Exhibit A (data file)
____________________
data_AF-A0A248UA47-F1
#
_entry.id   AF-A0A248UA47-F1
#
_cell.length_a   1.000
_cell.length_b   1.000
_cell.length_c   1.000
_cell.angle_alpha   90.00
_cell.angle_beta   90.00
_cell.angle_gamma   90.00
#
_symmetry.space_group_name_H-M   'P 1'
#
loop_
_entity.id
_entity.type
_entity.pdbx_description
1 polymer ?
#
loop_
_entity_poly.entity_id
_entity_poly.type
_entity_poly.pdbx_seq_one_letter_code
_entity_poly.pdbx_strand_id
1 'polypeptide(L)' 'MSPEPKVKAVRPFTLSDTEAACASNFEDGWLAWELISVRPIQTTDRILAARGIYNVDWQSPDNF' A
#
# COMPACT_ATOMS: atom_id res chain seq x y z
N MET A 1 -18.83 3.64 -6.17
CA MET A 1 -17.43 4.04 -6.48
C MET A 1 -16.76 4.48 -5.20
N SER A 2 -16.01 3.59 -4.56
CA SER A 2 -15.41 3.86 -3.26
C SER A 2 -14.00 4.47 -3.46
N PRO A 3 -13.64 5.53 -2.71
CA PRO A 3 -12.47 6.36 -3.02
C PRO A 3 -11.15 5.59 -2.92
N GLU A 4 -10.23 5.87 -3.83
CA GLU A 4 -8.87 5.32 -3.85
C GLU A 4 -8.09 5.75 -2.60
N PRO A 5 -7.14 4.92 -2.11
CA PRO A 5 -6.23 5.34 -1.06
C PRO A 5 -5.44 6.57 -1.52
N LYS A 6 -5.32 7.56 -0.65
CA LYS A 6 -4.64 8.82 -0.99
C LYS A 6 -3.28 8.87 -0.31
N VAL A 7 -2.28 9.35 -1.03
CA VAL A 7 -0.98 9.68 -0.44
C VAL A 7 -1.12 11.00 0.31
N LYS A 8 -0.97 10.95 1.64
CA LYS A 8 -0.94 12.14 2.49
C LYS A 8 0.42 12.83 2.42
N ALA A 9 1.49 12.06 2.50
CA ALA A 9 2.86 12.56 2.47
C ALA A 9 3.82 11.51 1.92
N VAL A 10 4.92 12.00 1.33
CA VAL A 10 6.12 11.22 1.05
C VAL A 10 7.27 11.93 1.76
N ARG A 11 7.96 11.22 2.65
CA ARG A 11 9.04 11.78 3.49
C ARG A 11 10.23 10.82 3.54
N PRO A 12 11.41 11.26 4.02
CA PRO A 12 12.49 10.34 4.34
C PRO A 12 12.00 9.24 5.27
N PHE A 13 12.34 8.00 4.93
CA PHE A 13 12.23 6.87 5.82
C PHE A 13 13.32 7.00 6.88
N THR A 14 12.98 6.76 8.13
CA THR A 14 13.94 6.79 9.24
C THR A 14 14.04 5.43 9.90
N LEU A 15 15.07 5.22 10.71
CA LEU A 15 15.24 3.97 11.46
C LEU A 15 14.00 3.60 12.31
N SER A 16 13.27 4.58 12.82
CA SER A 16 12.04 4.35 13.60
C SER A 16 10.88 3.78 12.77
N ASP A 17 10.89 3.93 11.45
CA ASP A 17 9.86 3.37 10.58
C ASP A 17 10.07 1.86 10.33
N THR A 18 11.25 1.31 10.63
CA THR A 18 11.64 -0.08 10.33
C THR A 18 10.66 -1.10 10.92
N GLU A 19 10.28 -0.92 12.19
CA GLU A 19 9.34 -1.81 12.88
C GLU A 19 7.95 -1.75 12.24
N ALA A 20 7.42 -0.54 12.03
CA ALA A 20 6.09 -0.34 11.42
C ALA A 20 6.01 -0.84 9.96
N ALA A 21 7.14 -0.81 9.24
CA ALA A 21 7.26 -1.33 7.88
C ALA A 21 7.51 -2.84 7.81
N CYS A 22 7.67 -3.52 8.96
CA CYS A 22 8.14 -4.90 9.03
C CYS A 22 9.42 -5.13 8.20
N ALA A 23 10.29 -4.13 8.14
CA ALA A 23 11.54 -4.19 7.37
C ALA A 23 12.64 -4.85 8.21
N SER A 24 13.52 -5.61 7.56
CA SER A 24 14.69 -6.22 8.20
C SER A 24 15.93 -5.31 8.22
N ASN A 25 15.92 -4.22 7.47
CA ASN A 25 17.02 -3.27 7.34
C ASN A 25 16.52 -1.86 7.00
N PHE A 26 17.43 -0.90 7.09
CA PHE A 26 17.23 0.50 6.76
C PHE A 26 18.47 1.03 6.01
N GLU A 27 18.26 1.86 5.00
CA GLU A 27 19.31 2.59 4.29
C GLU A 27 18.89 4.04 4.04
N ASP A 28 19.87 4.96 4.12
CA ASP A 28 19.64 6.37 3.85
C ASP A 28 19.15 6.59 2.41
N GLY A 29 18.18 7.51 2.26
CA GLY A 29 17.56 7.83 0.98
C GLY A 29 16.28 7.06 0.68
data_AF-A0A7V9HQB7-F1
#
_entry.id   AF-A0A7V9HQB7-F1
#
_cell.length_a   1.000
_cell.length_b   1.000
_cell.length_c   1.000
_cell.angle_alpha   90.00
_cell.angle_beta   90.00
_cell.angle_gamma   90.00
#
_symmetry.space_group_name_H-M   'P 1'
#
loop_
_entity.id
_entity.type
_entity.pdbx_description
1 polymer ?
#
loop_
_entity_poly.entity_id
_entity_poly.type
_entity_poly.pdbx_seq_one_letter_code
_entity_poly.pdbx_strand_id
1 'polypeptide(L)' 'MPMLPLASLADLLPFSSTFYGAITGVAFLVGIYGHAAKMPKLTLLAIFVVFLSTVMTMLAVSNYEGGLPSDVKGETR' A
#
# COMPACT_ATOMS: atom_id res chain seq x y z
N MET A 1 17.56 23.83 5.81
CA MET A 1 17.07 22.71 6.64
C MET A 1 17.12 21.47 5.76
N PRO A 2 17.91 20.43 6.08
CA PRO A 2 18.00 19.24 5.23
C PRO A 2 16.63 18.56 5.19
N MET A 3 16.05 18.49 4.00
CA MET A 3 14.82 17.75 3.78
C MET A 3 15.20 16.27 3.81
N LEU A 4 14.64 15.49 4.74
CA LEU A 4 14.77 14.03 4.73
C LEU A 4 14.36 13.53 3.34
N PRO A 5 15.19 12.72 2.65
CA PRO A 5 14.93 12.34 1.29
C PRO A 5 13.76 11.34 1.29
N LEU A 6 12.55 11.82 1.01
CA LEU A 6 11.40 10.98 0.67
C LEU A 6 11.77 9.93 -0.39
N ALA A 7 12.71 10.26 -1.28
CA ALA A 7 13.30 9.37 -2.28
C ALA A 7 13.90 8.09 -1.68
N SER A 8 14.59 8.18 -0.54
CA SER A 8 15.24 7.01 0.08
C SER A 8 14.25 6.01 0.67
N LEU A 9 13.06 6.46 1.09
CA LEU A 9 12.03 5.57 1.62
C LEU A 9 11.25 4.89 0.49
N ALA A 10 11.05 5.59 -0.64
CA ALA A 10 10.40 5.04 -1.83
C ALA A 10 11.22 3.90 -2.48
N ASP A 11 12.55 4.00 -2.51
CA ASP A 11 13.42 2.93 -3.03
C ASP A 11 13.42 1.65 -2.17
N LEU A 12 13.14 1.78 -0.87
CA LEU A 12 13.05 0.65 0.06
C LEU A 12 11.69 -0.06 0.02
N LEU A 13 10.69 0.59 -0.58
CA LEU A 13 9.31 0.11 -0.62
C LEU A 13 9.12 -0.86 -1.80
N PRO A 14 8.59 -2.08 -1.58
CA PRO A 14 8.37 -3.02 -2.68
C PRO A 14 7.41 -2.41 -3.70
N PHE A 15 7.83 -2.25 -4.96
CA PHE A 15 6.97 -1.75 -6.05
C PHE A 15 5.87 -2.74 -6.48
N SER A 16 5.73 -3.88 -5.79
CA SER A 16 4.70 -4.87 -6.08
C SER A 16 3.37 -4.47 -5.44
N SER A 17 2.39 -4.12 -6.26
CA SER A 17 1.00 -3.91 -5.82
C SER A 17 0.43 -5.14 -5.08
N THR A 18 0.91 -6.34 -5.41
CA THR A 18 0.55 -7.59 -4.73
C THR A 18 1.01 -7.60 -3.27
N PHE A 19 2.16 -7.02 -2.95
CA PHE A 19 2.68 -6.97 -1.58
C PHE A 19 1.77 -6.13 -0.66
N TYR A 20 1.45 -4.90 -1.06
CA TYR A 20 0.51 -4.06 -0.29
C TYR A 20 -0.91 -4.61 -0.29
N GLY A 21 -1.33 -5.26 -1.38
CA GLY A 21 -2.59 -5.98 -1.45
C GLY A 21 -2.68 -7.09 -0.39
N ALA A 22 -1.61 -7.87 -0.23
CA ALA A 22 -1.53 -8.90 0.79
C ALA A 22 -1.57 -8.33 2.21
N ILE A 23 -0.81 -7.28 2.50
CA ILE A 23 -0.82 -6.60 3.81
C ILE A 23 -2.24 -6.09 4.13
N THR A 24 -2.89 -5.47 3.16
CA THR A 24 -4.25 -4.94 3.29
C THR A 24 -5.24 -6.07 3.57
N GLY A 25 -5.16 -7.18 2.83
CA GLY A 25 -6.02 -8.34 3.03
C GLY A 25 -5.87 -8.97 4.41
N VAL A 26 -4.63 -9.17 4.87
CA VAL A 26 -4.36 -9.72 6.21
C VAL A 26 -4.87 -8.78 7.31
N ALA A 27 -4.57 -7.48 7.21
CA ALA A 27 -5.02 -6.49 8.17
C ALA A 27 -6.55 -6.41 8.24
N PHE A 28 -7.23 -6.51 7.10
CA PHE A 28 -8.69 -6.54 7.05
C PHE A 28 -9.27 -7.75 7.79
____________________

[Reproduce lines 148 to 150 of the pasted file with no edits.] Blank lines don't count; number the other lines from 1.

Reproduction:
N MET A 3 16.05 18.49 4.00
CA MET A 3 14.82 17.75 3.78
C MET A 3 15.20 16.27 3.81